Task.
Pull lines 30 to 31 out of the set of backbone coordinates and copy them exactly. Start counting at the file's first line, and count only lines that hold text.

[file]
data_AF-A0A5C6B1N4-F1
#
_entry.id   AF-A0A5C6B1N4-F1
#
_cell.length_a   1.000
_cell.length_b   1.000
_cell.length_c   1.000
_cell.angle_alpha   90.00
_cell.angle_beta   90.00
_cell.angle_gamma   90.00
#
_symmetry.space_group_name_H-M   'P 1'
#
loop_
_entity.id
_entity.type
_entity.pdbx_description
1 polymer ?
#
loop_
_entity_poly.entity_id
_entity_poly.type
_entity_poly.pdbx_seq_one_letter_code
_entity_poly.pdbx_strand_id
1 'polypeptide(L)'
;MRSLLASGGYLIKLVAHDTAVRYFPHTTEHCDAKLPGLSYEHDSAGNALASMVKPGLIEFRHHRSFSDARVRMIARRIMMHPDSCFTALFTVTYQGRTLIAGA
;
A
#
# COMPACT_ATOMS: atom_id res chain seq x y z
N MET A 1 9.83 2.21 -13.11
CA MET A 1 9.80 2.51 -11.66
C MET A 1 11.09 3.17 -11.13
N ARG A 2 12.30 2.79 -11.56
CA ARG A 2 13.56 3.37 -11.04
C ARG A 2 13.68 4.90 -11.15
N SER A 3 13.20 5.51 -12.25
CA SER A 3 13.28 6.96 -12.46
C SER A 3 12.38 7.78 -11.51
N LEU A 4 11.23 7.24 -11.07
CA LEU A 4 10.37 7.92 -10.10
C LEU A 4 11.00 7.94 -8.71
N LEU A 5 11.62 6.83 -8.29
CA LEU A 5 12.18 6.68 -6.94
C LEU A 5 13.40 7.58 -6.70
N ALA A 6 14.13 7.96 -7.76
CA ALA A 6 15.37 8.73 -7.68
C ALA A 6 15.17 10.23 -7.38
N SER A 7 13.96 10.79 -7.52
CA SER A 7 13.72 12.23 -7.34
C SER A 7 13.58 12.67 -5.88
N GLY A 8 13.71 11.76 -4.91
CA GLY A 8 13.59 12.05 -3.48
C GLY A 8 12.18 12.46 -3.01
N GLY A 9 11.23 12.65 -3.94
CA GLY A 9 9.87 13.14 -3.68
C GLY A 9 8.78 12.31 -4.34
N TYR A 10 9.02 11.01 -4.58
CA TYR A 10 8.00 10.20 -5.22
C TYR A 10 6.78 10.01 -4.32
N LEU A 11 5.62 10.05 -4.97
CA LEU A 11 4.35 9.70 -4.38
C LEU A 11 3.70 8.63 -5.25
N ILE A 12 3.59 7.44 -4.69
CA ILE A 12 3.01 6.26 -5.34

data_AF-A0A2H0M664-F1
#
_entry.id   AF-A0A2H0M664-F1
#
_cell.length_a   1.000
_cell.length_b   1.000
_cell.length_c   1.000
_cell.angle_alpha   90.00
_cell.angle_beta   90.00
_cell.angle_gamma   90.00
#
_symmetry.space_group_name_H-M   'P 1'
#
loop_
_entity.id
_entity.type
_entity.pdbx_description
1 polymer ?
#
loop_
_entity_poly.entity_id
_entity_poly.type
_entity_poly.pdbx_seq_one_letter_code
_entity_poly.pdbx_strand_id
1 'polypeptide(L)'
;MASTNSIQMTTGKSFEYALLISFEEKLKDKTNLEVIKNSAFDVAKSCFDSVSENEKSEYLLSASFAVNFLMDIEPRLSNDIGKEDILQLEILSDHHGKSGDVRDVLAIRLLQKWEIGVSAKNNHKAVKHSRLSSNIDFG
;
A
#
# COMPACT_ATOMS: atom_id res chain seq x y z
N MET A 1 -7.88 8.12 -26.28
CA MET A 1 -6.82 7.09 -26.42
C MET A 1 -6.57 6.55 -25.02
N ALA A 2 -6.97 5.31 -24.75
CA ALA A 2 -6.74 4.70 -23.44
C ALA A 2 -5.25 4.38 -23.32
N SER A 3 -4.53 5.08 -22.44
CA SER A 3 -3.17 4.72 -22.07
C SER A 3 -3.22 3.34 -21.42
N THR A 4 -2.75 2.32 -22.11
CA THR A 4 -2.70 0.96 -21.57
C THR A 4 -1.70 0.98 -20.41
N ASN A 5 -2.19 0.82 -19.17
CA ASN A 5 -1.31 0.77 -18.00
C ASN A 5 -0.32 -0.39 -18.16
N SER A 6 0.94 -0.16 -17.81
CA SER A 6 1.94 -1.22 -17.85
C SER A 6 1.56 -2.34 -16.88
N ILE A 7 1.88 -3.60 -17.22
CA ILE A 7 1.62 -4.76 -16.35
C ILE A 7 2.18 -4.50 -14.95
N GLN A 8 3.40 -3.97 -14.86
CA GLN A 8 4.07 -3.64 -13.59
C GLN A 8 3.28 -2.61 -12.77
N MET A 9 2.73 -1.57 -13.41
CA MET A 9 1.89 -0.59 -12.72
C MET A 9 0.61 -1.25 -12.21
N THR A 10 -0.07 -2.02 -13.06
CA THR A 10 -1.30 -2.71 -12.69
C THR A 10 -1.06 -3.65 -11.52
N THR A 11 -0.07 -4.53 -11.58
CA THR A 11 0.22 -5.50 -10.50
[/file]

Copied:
# COMPACT_ATOMS: atom_id res chain seq x y z
N MET A 1 9.83 2.21 -13.11